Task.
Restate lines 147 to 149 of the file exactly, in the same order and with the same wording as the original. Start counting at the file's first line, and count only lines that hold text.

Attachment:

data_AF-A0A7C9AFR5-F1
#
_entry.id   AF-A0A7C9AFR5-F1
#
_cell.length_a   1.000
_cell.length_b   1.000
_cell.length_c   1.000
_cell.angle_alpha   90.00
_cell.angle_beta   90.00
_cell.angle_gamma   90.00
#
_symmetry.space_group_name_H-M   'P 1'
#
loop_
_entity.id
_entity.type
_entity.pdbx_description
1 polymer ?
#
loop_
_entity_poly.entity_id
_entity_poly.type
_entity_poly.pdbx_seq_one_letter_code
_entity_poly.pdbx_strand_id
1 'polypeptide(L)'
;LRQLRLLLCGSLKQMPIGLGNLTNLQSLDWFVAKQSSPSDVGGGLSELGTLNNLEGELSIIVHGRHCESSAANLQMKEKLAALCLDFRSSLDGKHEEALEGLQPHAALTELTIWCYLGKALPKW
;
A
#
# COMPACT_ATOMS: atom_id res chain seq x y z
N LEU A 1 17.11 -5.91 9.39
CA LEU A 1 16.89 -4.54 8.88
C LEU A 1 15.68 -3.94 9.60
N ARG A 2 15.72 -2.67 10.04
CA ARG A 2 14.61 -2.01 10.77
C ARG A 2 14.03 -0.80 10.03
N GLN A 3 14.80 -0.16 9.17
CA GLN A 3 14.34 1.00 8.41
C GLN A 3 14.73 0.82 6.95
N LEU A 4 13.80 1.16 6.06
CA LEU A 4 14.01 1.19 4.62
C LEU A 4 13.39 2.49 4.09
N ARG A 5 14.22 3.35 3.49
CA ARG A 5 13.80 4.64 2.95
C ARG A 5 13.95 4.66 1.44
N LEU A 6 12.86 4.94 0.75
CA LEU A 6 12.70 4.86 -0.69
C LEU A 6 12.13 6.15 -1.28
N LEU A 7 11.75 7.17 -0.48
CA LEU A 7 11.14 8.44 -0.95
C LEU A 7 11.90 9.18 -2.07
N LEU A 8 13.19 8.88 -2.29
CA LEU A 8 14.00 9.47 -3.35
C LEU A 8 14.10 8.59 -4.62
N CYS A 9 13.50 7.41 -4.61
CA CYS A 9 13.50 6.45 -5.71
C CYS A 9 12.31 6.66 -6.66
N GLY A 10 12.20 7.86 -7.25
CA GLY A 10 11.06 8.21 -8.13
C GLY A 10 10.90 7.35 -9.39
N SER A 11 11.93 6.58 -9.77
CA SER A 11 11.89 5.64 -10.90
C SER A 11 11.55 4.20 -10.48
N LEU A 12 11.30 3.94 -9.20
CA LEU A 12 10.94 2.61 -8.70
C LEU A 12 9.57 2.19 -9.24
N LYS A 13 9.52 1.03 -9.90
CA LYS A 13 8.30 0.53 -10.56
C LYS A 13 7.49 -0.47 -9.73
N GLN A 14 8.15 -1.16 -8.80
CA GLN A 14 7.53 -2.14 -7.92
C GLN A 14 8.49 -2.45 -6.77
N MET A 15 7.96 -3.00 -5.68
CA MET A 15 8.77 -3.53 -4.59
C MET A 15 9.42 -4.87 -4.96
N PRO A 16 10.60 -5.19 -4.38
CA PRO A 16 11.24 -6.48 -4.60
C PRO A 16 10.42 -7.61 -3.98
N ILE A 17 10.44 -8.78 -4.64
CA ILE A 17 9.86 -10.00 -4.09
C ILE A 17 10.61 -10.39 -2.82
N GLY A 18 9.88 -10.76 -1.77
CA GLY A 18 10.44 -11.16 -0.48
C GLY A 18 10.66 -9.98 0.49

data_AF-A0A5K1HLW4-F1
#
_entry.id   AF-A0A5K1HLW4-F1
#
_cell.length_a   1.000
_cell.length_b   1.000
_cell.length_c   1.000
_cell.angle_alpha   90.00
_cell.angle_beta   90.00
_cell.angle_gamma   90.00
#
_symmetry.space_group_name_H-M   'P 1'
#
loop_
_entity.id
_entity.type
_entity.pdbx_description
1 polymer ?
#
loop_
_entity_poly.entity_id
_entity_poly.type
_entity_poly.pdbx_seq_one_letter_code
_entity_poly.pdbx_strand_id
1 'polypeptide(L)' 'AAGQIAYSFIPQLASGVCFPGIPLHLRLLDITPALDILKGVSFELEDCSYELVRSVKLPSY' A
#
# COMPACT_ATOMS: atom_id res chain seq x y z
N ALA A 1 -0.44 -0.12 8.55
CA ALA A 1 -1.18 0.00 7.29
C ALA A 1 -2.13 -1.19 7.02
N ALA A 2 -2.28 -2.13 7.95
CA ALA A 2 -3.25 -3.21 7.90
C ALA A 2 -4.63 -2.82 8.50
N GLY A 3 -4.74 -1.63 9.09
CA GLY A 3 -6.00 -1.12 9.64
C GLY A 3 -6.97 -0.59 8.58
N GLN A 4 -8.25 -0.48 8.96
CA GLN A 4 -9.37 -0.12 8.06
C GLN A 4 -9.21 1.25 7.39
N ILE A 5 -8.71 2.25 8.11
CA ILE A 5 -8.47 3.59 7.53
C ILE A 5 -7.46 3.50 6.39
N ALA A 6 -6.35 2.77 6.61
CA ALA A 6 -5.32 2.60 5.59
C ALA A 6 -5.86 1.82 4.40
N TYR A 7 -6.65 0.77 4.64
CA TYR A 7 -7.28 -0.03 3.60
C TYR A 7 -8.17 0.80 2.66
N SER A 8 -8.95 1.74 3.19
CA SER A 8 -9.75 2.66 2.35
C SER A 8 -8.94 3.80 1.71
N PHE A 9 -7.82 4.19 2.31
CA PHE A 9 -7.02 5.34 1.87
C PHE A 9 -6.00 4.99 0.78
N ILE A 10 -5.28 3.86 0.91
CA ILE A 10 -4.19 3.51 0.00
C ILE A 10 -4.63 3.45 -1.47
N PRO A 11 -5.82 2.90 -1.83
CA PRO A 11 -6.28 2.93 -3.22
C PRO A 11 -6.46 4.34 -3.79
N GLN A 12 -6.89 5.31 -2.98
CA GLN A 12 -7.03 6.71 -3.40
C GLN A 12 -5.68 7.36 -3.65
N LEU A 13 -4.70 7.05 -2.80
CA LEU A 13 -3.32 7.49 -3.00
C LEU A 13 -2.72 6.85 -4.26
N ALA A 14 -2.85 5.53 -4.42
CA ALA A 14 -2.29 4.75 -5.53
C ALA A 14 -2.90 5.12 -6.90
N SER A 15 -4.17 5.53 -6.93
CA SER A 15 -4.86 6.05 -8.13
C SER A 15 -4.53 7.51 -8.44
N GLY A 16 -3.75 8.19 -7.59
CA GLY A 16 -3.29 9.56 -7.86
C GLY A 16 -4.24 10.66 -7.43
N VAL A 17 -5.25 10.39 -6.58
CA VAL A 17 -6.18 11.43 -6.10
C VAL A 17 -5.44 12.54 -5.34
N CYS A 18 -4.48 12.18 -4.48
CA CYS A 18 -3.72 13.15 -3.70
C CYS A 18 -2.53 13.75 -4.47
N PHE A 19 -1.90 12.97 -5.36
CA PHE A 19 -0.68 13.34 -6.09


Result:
C GLN A 12 -5.68 7.36 -3.65
N LEU A 13 -4.70 7.05 -2.80
CA LEU A 13 -3.32 7.49 -3.00